Wednesday, December 17, 2008


A woman shouldn’t be ashamed of shaving – her upper lip.

That’s right, folks, it’s time for a Mustache Revolution.

I’m sure this revolution has been started before, by some hairy Betty in some by-gone era who had a few faithful Sallys offering timid support, but it looks like Betty tucked that Gilette away when the rest of her friends quit inviting her to bowling night.

But this hairy Betty is resurrecting the movement. Here’s what I would love to do. No – let the leader of the new Mustache Revolution be more honest than that – here’s what I love to do:

Shave my mustache.

There, I’ve admitted it. I know it’s a HUGE no-no. The whiskers! The masculinity of it! The financial ease of it! At least wax (at home or in the parlor). At least do something hi-tech like electrolysis. At least bleach. But whatever you do, don’t shave! And be sure to do whatever you do discreetly and privately. Do not tell your girlfriends and do not let your children or partners see you.

But what are we afraid of? Looking (or feeling) a bit prickly? Being too much like men?

Well, guess what? Maybe we are. Maybe even growing mustaches is an inherent link we need to admit we share with mankind.

Sure, it’s significant that we even demurely admit we grow them. It’s a step forward that women have the option to wax, electrocute, or bleach unwanted facial hair. But what a step it would be if we could just shave.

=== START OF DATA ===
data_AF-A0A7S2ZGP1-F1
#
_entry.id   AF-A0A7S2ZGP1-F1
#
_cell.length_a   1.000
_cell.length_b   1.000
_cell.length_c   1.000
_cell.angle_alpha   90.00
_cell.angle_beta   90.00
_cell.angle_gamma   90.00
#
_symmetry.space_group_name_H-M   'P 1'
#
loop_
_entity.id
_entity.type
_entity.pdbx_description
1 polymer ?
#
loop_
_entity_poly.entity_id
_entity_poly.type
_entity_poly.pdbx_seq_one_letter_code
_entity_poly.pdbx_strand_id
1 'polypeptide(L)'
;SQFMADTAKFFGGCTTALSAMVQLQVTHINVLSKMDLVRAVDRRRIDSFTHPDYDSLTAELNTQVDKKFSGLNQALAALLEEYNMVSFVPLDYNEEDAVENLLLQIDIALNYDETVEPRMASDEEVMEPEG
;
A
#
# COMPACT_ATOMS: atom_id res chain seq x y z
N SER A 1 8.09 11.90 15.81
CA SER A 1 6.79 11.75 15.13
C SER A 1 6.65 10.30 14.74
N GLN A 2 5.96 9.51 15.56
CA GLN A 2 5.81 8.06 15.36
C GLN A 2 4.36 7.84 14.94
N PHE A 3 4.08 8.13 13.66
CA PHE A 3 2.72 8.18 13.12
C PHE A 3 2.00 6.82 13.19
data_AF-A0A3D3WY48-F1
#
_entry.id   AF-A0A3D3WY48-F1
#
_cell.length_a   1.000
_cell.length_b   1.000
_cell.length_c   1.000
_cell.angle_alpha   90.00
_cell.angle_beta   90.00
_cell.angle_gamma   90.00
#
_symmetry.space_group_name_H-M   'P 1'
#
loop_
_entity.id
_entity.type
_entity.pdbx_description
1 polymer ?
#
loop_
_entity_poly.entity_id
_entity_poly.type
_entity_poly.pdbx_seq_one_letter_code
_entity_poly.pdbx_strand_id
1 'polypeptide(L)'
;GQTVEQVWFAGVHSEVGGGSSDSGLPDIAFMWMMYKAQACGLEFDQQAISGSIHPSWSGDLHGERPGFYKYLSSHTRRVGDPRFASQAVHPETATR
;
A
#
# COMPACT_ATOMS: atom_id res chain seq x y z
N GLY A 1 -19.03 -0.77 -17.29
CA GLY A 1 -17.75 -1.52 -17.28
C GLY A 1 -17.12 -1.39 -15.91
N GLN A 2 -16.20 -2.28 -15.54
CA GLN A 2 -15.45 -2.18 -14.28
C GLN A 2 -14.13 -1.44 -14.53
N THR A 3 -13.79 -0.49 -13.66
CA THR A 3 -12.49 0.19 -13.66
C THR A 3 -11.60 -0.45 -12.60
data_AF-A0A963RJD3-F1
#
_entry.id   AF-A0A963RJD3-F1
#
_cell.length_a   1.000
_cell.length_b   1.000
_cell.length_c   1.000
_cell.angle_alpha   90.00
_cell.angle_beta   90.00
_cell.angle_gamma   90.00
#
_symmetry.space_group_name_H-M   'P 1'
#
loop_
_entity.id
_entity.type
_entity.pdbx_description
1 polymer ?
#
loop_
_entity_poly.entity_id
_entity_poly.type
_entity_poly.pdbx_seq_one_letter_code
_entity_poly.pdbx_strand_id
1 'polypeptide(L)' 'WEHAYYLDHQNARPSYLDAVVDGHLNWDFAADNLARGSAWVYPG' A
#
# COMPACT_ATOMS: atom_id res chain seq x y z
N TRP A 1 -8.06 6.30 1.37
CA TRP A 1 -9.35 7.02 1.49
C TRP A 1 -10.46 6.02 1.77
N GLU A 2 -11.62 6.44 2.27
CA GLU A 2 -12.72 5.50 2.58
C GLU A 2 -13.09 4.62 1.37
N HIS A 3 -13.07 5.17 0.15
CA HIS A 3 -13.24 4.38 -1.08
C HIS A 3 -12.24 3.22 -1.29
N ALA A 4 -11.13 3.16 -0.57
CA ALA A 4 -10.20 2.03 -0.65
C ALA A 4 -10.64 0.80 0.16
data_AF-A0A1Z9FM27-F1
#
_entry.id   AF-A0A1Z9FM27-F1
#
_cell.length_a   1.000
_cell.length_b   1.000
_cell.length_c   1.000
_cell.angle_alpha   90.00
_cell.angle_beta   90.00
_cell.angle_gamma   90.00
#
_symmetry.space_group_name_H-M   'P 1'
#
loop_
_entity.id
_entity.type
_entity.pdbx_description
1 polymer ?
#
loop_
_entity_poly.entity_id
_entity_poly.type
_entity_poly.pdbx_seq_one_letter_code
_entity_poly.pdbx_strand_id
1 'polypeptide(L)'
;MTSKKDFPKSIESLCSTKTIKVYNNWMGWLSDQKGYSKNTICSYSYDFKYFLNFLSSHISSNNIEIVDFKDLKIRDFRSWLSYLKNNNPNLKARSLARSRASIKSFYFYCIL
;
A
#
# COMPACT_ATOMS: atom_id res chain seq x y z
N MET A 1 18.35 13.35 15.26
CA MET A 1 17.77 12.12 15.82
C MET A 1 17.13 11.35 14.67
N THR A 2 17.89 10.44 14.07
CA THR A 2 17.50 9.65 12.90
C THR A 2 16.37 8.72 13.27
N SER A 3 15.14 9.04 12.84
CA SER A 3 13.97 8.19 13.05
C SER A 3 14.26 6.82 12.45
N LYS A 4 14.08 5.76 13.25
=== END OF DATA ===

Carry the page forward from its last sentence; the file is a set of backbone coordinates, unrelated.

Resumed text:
Think of the progress we could make! Shaving our mustaches – in front of our partners, our children, our friends – could do more to equalize women and men than any amount of pants-wearing, bra-burning or corporate-ladder-climbing since Susan B. Anthony hoisted her first picket sign.

Of course, the ultimate step forward would be to proudly grow a mustache. Really -- think of the fashion possibilities! Women could start their own Handlebar Clubs (google it – you’ll see what I mean), cultivating the coveted “grass grin” or “splay press.” Heck, we could bring new meaning to their “bush puss.” The possibilities are endless if we could just own our ‘staches.

Unfortunately, though, telling someone you shave your mustache is like telling them you wear a jock strap.

But maybe it’s time one of us untucked our brass balls and took on the challenge. I know mine are knockin’.

Click, click, ladies. It’s time for a revolution.

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After the first graders successfully wrap up their "Breads From Around the World" project, I think their next endeavor should be "Beards From Around the World." Imagine the possibilities for learning:

"My mom has the best goatee..."

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